There might be other costs too, such as counselling or travel.
How do I find a surrogate?
The surrogate can be someone you know or someone you don't know.
You may consider finding someone through your social network or by connecting with Surrogacy Australia. You can also check whether it’s legal in your state to advertise for a surrogate.
There are many questions you might consider when choosing a surrogate. Take your time.
Can I become a surrogate?
Offering to carry a baby for someone else to raise is a very generous act. Before making any decisions, it's important to understand the process and know your rights. If you have a partner and children, they will also need to be considered and included in discussions. It's a big decision. Take your time.
It's best if surrogates are 25 to 40 years old, are already parents themselves and have finished their family. They should be physically and mentally healthy, settled and have a good support network. They should be motivated by a desire to help others.
It's important to think carefully about the physical and emotional implications of carrying a baby for someone else. Think about your relationship with the intended parents and your future relationship with the child.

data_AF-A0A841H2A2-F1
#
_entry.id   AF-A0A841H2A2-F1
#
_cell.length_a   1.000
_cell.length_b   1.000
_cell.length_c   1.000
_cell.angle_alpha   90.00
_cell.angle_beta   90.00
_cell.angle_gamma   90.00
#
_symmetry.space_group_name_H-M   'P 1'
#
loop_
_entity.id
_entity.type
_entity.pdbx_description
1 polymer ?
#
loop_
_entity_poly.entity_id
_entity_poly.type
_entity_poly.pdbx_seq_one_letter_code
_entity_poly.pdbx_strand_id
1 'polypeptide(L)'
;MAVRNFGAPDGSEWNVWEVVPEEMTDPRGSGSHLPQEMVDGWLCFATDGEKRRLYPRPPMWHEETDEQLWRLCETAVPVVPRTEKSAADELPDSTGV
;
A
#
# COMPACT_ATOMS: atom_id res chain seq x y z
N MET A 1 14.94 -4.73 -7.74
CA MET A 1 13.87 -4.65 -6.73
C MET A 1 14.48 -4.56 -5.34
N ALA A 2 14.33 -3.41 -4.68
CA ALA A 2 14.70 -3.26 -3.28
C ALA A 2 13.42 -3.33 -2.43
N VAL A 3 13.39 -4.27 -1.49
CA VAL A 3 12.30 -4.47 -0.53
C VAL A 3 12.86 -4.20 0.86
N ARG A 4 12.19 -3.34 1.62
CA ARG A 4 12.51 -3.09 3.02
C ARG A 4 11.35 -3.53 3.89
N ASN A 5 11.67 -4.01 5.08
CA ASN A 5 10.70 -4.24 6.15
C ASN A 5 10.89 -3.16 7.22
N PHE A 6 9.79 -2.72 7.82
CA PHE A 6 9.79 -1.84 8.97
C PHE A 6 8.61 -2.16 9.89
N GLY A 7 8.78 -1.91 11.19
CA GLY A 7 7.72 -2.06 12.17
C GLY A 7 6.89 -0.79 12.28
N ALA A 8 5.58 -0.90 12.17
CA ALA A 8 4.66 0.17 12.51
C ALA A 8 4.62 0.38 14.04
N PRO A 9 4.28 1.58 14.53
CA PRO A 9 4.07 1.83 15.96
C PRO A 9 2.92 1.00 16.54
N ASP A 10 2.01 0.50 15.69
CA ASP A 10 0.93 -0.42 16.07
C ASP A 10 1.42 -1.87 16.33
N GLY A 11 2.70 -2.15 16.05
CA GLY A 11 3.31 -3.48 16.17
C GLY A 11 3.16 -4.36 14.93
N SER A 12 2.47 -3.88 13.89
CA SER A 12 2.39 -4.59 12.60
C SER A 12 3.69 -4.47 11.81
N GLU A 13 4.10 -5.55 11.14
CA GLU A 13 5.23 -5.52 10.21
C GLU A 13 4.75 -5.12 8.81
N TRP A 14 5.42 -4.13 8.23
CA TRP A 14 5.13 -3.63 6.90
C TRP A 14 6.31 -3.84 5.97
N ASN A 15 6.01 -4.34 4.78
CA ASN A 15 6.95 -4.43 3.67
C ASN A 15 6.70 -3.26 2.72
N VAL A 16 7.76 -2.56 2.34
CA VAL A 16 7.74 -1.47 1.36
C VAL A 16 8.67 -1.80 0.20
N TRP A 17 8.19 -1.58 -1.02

As the surrogate, you have financial rights. It's important to discuss all aspects of carrying a baby with the intended parents, and for them to understand your rights. You have the right to choose how you manage the pregnancy without interference.
Looking after yourself
It's important to take care of yourself and to discuss with health professionals any concerns you might have before and during the pregnancy.
Pregnancy can affect your emotional wellbeing and relationships. Maintaining healthy relationships can provide support during the pregnancy and after the birth.
Where can I get more information about surrogacy?
You can find more information about surrogacy from:
If you need advice or emotional support about being a surrogate, talk to a Pregnancy Birth and Baby maternal child care nurse.
Speak to a maternal child health nurse
Call Pregnancy, Birth and Baby to speak to a maternal child health nurse on 1800 882 436 or video call. Available 7am to midnight (AET), 7 days a week.
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Last reviewed: June 2022